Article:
In its post-trial motion, the Association argued that the trial court erred by discounting the only expert evidence offered at trial and by ignoring the parties' stipulation. The trial court denied the post-trial motion, again without explanation.

In its opinion under Pa. R.A.P. 1925(a), the trial court explained that its damages award reflected its view of the credibility and weight of the evidence. Tr. Ct., Slip Op., 8/2/16 (1925(a) Op.), at 10. The trial court acknowledged the parties' damages stipulation; however, it observed that the Association cited no statutory authority or case law to support its argument that the court should honor the stipulation. Id.

In its post-trial motion, the Association presented a fully-developed argument, including multiple citations to the record. Its argument was straightforward: only one expert presented damages evidence at trial, and the parties stipulated to the amount of damages that expert calculated. The Association offered adequate support for that argument. This Court concludes that the trial court erred by requiring a citation to legal authority in these circumstances. We therefore address the merits of the Association's damages argument.9

Under Pennsylvania law, litigants may limit any of the issues available for the court's consideration except matters affecting the jurisdiction, business, or convenience of the court. Northbrook Life Ins. Co. v. Com., 949 A.2d 333 (Pa. 2008) (reversing this Court's judgment that disregarded the parties' stipulation). A stipulation of facts is binding and conclusive on a trial court, although the court may nonetheless draw its own legal conclusions from those facts. See Senex Explosives, Inc. v. Commonwealth, 58 A.3d 131 (Pa. Cmwlth. 2012).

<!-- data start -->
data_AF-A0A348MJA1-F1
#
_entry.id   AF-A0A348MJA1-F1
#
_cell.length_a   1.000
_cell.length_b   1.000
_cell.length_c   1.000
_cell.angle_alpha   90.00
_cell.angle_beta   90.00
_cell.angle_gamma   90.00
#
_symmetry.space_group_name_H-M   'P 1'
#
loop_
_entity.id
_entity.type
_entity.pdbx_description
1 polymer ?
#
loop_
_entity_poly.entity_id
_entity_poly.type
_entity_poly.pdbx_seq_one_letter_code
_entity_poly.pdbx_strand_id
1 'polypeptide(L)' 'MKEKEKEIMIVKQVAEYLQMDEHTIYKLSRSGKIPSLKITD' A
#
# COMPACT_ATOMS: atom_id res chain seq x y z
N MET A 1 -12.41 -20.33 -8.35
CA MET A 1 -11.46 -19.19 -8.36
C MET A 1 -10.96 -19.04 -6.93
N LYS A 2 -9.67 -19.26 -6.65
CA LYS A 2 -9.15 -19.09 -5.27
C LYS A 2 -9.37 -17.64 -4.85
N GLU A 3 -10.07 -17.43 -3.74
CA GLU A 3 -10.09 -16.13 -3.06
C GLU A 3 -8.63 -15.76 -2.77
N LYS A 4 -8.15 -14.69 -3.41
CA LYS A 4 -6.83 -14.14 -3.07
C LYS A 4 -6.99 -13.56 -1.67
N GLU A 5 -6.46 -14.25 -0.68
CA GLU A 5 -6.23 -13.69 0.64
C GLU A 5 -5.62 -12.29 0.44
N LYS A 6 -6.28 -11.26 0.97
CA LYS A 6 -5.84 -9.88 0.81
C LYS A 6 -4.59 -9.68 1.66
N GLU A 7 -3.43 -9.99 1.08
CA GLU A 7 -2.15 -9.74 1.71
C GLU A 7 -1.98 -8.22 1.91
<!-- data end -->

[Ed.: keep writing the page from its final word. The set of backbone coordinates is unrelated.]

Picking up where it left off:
In this case, the parties' damages stipulation was undisputed.10 The Association asserted it at trial, in its post-trial motion, and in its brief on appeal. The Trust offered no opposition at trial, in response to the Association's post-trial motion, or in its briefs submitted to this Court. The trial court expressly acknowledged the stipulation at trial, and later in its Rule 1925(a) Opinion. In these circumstances, the trial court was not free to disregard the parties' stipulation by entering judgment for a lower damages amount. Therefore, this Court vacates the judgment as to damages only, and remands to the trial court with a direction to enter judgment in favor of the Association in the stipulated amount of $905,985.

IV. Conclusion

Based on the foregoing, this Court affirms the trial court's determination that the Trust was and remained a declarant under PUCA and thus was jointly and severally liable to the Association, along with Developer. We vacate the trial court's damages award and remand for entry of judgment in the stipulated amount of $905,985.